ISSN (Print) - 0012-9976 | ISSN (Online) - 2349-8846
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Aluminium-Hasty Imports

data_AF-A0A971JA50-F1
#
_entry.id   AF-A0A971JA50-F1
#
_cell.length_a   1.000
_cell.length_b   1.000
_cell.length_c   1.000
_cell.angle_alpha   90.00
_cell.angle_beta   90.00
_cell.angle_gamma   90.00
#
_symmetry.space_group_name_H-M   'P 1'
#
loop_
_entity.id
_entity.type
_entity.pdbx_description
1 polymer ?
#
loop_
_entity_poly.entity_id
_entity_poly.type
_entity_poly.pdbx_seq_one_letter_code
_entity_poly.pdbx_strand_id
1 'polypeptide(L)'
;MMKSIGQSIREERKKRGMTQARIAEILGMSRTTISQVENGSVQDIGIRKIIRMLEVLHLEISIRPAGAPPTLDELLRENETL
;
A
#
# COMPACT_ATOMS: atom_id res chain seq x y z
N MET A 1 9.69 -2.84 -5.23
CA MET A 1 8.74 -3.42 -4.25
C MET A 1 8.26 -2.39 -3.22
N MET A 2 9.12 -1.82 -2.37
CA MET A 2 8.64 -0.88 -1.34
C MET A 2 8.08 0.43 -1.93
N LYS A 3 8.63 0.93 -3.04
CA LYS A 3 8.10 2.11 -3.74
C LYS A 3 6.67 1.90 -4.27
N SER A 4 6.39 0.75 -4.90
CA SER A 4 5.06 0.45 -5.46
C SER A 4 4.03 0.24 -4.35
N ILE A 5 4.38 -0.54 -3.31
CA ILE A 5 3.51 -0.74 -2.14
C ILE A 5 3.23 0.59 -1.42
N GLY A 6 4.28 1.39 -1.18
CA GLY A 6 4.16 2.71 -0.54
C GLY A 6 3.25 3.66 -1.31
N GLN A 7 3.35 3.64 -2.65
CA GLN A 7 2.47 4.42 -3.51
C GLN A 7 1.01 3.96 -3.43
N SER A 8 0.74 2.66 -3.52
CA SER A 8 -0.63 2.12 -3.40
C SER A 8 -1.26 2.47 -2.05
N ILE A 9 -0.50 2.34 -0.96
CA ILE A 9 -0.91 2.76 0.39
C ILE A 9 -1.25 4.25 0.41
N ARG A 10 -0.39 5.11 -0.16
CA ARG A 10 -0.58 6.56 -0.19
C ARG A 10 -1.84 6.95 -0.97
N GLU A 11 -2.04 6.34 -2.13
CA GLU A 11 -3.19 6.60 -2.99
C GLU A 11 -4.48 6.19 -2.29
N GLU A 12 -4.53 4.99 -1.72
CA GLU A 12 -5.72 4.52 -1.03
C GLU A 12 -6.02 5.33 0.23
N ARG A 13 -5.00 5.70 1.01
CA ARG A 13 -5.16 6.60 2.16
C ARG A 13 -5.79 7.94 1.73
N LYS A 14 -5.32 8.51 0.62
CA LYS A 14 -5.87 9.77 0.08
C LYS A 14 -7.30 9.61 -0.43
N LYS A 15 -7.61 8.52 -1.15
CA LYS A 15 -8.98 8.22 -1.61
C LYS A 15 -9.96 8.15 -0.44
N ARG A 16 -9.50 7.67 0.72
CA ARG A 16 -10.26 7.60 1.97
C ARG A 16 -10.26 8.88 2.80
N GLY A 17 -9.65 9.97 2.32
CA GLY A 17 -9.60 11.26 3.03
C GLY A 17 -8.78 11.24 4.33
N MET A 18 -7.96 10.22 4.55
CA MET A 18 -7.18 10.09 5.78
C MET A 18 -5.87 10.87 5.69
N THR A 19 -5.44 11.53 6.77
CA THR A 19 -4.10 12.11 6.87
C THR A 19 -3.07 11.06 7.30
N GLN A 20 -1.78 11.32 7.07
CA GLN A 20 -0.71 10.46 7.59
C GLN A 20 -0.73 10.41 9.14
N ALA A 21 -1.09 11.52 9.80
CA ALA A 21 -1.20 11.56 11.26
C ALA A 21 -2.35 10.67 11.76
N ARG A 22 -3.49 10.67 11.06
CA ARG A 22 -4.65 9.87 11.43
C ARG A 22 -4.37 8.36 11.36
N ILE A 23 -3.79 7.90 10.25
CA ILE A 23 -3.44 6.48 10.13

January 22, 1977 and struggle. This was to be expected. As long as no different signals emit from Moscow, the CPI has for the moment little choice but to adopt a low profile, and absorb the heap of abuses being showered upon it by Congressmen of assorted hues. Whether the Congress party ' will be adequately propitiated by its reeonciliatory, nearly- cringing gestures can no longer be a substantive issue with the CPI. Even if the Congress is not satisfied, the CPI has to put up with the stance of a supplicant, an admirer from a distance and a fellow-traveller all rolled together. This will be tailism of an extraordinary kind, though the party would miintain that it is a continuation of the policy of unity and struggle. But the party has been so long away from the arena of struggle that few can take the statement seriously any more. Even in the matter of occasionally uniting with the Congress, the act will have to be both unilateral and unrequited. With the exception of possibly West Bengal, in no other part of the country is the Congress worried about the potential loss of CPI support. Developments over the past eighteen months have ensured that the Congress political organisation, whatever its structure and whoever are its close mentors and strategists, would be capable of looking after its interests without declarations of support from any quarters, including the CPI. Moreover, the government knows that when the crunch comes, it can call the CPl's bluff.

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